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And, bidding earthly scenes farewell,

Cried, “ Lord, 'tis pleasant here to dwell.”
5 Yet still our elevated eyes

To nobler visions long to rise;
That grand assembly would we join,

Where all thy saints around thee shine.
6 That mount how bright! those forms how fair!

”Tis good to dwell for ever there:
Come, death, dear envoy * of my God,
And bear me to that blest abode.


CLXXXIV. The Grace of Christ in ministering to Men, and dying

for them. Matthew xx. 28.
i SAVIOUR of men, and Lord of love,

How sweet thy gracious name!
With joy that errand we review,

On which thy mercy came.
2 While all thy own angelic bands

Stood waiting on the wing,
Charm'd with the honour to obey

The word of such a king ;
3 For us mean wretched sinful men

Thou laid'st that glory by,
First in our mortal flesh to serve,

Then in that flesh to die.
4 Bought with thy service and thy blood,

We doubly, Lord, are thine;
To thee our lives we would devote,

To thee our death resign.
5 Blest man, who in thy cause consumes

His vigorous days with zeal!
Then with the last slow ebb of blood

Is call'd thy truth to seal !
CLXXXV. Christ's compassionate Readiness to gather Souls.

Matthew xxiii. 37, 39.
EE how the Lord of mercy spreads

His gentle hands abroad;
And warns us of the circling foes,

That thirst to drink our blood !
2“ Fly to the shelter of mine arms,

"And dwell secure from fear;
66 Nor carth nor hell shall pluck you thence,

“Or reach, and wound you there.”

* Messenger or ambassador.

3 With anxious heart the parent-bird

Thus calls her offspring round,
Wben horrid vultures beat the air,

And slaughter stains the ground.
4 The trembling brood, by nature taught,

Fly to the known retreat ;
Beneath her downy wings are safe,

And find the shelter sweet.
5 But men, alas ! more thoughtless men,

Refuse to lend an ear ;
Their only refuge madly fiy

And rather die, than hear.
6 They spurn the Saviour's offer'd grace,

Till they his wrath infame;
Then desolation lays them low

In agony and shame.
CLXXXVI. The Abounding of Iniquity, and Coldness of Christian

Love. Matthew xxiv. 12.



ALAS for Britain, and her sons !
The sins, that ruin'd Salem once,

O how triumphant here!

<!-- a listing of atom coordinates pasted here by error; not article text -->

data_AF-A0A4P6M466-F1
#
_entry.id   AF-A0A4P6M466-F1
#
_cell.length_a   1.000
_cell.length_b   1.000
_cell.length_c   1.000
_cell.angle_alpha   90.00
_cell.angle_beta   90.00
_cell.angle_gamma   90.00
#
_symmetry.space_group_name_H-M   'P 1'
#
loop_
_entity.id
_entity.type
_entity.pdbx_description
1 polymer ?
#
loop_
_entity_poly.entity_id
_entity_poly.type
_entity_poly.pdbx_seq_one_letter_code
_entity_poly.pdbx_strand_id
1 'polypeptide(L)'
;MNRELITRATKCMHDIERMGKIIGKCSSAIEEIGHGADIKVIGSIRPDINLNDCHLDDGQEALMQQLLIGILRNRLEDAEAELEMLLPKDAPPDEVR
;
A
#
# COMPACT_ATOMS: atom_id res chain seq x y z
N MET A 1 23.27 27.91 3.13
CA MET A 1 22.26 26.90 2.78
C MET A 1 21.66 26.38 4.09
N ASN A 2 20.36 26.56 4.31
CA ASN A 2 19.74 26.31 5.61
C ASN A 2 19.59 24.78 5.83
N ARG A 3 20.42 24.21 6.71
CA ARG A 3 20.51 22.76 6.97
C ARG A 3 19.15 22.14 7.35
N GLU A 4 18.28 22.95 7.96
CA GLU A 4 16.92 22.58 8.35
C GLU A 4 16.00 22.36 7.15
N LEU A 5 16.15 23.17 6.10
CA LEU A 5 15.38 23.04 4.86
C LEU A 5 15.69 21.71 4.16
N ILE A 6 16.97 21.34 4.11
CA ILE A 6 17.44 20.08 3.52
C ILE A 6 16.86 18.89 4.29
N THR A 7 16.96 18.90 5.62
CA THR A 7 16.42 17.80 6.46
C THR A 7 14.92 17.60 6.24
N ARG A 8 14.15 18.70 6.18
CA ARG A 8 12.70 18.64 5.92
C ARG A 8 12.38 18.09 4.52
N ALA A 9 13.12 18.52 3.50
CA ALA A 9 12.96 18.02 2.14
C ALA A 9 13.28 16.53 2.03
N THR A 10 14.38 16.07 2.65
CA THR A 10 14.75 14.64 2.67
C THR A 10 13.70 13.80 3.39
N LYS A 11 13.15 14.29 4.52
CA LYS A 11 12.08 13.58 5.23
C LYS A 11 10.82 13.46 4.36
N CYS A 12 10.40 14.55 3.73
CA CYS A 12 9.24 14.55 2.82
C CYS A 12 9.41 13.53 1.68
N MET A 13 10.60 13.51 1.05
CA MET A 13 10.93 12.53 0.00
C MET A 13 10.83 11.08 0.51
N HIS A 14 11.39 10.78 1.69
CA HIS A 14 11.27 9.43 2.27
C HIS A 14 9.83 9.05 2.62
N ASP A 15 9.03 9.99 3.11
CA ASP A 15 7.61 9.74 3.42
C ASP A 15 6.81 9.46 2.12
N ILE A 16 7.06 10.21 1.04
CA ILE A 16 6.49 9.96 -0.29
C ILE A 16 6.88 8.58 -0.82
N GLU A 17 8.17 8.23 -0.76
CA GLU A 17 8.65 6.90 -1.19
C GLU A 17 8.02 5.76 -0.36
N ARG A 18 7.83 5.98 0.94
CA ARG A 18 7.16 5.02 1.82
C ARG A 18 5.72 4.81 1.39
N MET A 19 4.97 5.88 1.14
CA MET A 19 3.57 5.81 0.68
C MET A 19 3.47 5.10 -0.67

2 Alas the strong o'erflowing tide!

How fiercely doth it rage!
And each foreboding symptom joins

In terrible presage.
3 Yet who hath eyes that can discern,

Or who an ear to hear ?
Whose heart is trembling for the ark,

Or for his country dear?
4 Cold is the love of christian breasts,

If christian breasts remain ;
And dying the last sparks of zeal,

Or its last efforts vain.
5 Of Britain, oft chastis'd and sav'd,

What shall the end be found ?
Shall not the sword, that waves so long,

Inflict the deeper wound ?
6 ) stay thine arm, all-gracious God;

Thy Spirit largely pour!
He can the streams of guilt restrain,

And dying love restore.

CLXXXVII. The final Sentence, and Happiness of the Righteous.

Matthew xxv. 34. |

TTEND mine ear ; my heart rejoice;

While Jesus from his throne,
Begirt with all the angelic hosts,

Makes his last sentence known!
2 When sinners, cursed from his face,

To raging flames are driven,
His voice, with melody divine,

Thus calls his saints to heaven.
3 “ Blest of my Father, all draw near,

“Receive the large reward ;
“ And rise with raptures to possess

“ The kingdom love prepar’d.
4 “ Ere earth's foundations first were laid,

“ This sovereign purpose wrought,
" And rear'd those palaces divine,

“ To which you now are brought.
$ “ There shall you reign unnumber'd years,

« Protected by my power,
“ While sin and hell, and pains and cares

“ Shall vex your souls no more.”
6 Come, dear majestic Saviour, come,

This jubilee proclaim,
And teach us accents fit to praise